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Greece doubles power bill help for households as prices soar

·2-min read
Wind turbines are seen on a hill in front of a power station near the village of Macynia

ATHENS (Reuters) - Greece will double power and gas bill subsidies and increase handouts to help households tackle soaring energy prices, it said on Friday.

In total, the relief will reach 500 million euros ($577.90 million), Fiance Minister Christos Staikouras told a news conference, up from subsidies of about 150 million euros announced in September.

European electricity and gas prices have rocketed this year as tight gas supplies have collided with strong demand in economies recovering from the COVID-19 pandemic.

Energy Minister Kostas Skrekas, who also addressed Friday's news conference, said the subsidies would be mainly funded by revenues from the sale of carbon emission allowances, which have also soared in value to record prices on the EU Emissions Trading System.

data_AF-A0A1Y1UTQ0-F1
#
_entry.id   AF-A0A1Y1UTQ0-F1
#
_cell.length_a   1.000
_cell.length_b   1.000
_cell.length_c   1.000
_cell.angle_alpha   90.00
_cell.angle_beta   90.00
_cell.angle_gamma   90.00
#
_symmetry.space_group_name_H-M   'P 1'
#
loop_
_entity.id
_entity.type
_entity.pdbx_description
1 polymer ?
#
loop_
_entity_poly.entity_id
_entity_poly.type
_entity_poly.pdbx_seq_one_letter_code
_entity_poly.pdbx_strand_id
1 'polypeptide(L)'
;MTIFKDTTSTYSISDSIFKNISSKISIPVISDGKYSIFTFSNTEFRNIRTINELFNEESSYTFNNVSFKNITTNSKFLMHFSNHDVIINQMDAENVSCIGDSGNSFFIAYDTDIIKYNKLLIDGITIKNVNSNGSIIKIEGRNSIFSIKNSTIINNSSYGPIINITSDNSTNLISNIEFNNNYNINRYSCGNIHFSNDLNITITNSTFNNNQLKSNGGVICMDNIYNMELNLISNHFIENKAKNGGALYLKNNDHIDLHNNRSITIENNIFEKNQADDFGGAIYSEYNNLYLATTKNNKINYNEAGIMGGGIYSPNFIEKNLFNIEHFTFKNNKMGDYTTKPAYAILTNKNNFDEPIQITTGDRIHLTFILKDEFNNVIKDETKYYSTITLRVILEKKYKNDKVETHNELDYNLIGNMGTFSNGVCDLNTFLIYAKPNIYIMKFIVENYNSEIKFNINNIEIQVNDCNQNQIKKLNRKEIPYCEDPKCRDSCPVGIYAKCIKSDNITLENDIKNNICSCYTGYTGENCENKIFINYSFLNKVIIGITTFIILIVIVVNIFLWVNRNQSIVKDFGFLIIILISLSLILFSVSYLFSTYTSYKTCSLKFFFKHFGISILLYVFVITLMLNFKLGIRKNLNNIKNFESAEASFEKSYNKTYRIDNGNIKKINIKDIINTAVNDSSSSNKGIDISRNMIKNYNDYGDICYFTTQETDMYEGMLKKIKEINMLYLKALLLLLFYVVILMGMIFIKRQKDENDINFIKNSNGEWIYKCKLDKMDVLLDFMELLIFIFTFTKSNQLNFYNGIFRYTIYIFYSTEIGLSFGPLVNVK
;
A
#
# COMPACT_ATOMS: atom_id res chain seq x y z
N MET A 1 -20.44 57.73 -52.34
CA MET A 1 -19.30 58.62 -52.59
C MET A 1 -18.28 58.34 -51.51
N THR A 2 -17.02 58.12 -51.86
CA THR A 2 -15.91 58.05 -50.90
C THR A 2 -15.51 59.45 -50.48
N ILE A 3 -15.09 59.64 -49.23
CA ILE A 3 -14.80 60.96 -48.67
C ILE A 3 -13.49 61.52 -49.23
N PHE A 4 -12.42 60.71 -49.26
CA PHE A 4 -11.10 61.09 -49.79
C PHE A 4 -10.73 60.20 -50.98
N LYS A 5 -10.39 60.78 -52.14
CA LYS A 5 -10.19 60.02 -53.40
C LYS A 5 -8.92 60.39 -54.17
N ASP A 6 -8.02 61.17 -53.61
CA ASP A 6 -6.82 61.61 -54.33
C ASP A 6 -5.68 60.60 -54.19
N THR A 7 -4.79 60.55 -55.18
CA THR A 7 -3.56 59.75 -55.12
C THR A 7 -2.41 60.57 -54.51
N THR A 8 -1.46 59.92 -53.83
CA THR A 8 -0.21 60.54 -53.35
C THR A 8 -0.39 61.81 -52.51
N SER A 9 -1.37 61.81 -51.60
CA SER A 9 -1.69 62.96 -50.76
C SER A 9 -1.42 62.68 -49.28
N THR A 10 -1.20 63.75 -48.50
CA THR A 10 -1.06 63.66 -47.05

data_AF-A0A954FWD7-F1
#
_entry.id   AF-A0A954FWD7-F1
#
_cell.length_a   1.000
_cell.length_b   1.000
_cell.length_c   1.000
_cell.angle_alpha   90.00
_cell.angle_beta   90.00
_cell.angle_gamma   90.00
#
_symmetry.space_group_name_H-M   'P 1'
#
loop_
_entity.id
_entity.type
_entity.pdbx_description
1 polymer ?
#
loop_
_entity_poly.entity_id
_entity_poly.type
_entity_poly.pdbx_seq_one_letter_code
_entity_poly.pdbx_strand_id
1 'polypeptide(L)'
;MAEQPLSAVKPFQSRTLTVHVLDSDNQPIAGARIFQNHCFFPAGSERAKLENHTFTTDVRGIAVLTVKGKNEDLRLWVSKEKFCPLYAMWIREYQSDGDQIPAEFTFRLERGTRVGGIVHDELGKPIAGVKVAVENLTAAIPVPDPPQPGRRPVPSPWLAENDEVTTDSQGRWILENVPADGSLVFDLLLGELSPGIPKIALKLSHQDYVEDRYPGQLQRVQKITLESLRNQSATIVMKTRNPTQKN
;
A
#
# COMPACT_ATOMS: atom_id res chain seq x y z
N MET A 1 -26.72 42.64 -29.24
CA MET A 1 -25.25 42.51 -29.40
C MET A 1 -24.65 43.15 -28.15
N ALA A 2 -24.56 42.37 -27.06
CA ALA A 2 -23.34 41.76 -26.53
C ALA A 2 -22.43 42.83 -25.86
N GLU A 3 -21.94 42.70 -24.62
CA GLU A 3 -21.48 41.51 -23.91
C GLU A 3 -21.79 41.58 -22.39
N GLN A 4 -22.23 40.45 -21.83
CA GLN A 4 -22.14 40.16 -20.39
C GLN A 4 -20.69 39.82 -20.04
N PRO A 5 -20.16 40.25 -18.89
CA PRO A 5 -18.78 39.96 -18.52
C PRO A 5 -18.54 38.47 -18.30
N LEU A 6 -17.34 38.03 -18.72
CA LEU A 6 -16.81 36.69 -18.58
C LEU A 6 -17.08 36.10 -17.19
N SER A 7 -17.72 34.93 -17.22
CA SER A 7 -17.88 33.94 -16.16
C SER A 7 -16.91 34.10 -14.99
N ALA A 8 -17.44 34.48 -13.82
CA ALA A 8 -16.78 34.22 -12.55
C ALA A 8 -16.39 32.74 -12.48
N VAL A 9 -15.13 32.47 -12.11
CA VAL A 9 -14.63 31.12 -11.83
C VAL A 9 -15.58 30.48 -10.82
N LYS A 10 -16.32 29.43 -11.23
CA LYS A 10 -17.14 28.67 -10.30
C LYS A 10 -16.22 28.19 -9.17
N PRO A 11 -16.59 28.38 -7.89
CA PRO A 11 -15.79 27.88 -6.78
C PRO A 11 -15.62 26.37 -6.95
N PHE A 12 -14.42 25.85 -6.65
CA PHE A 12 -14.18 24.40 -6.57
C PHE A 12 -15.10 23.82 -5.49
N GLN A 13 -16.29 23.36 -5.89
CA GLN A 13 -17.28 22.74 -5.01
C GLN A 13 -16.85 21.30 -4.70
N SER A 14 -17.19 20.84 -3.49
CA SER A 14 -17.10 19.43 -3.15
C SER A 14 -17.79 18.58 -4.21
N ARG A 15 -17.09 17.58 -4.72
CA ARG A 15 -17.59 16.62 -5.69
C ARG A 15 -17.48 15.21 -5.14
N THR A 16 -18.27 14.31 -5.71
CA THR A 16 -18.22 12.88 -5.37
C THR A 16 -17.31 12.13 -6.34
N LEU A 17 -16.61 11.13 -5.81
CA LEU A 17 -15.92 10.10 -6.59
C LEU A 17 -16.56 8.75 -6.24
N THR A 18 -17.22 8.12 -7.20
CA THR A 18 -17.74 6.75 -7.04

"Since the start of the year, gas prices in Europe have increased six-fold," Skrekas said, adding that the possibility of a harsh winter intensifies concerns and makes the worsening of the world energy crisis more likely.

The measures will include an 18 euros subsidy for the first 300 kilowatt hours consumed by Greek households per month retroactively from Oct. 1 until the end of the year, up from a nine euro subsidy announced in September.

Low-income households will get a higher monthly subsidy of 24 euros a month, while gas and power suppliers will offer additional discounts to consumers.

The subsidies are estimated to cost 326 million euros. The government will also spend another 168 million euros to offer a higher one-off payment to help households buy oil, gas, wood and biomass for winter heating.

"We have a clear message: Amid an energy crisis which is unprecedented in intensity and duration, we will leave no household and no Greek citizen unprotected," Skrekas said.

Greece has proposed an EU-wide mechanism for hedging against steep gas price fluctuations across the bloc, which could draw funds from advance payments of carbon emission allowances.

The allowances would be allocated to EU countries based on their heating and power consumption and on their gross domestic product per capita.

($1 = 0.8652 euros)

(Reporting by Lefteris Papadimas and Angeliki Koutantou; editing by Barbara Lewis and Louise Heavens)

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